Definitions for al-qaeda
al-Qaeda, Qaeda, al-Qa'ida, al-Qaida, Base(noun)
a terrorist network intensely opposed to the United States that dispenses money and logistical support and training to a wide variety of radical Islamic terrorist groups; has cells in more than 50 countries
A worldwide network of militant Islamic organizations and individuals.
Origin: Representing القاعدة.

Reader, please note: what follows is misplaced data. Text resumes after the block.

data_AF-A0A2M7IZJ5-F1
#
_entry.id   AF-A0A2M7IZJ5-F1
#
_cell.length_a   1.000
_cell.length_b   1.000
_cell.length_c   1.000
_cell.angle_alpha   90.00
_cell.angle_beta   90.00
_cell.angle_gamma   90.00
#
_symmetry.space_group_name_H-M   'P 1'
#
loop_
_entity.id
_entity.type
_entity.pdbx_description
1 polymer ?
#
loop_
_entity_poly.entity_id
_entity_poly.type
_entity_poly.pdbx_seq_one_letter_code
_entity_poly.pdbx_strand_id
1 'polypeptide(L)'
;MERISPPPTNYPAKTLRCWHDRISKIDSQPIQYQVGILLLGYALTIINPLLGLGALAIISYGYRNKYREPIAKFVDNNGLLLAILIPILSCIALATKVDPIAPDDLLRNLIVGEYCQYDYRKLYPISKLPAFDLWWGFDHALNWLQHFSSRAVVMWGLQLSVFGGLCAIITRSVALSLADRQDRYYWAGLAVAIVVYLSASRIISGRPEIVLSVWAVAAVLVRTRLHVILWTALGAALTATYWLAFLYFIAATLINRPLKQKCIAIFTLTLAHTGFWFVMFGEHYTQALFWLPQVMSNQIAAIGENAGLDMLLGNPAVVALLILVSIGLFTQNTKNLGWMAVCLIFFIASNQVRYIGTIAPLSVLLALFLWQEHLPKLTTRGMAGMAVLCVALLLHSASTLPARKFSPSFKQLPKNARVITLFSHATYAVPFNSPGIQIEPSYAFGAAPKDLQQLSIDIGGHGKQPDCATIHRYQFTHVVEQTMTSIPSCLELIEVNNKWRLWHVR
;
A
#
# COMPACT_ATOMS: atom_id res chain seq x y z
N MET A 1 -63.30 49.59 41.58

Al-Qaeda is a global militant Islamist organization founded by Osama bin Laden at some point between August 1988 and late 1989, with its origins being traceable to the Soviet War in Afghanistan. It operates as a network comprising both a multinational, stateless army and a radical Sunni Muslim movement calling for global Jihad and a strict interpretation of sharia law. It has been designated as a terrorist organization by the United Nations Security Council, NATO, the European Union, the United Kingdom, the United States, and various other countries. Al-Qaeda has carried out several attacks on non-Muslims, and other targets it considers kafir. Al-Qaeda has attacked civilian and military targets in various countries, including the September 11 attacks, 1998 U.S. embassy bombings and the 2002 Bali bombings. The U.S. government responded to the September 11 attacks by launching the War on Terror. With the loss of key leaders, culminating in the death of Osama bin Laden, al-Qaeda's operations have devolved from actions that were controlled from the top-down, to actions by franchise associated groups, to actions of lone wolf operators.
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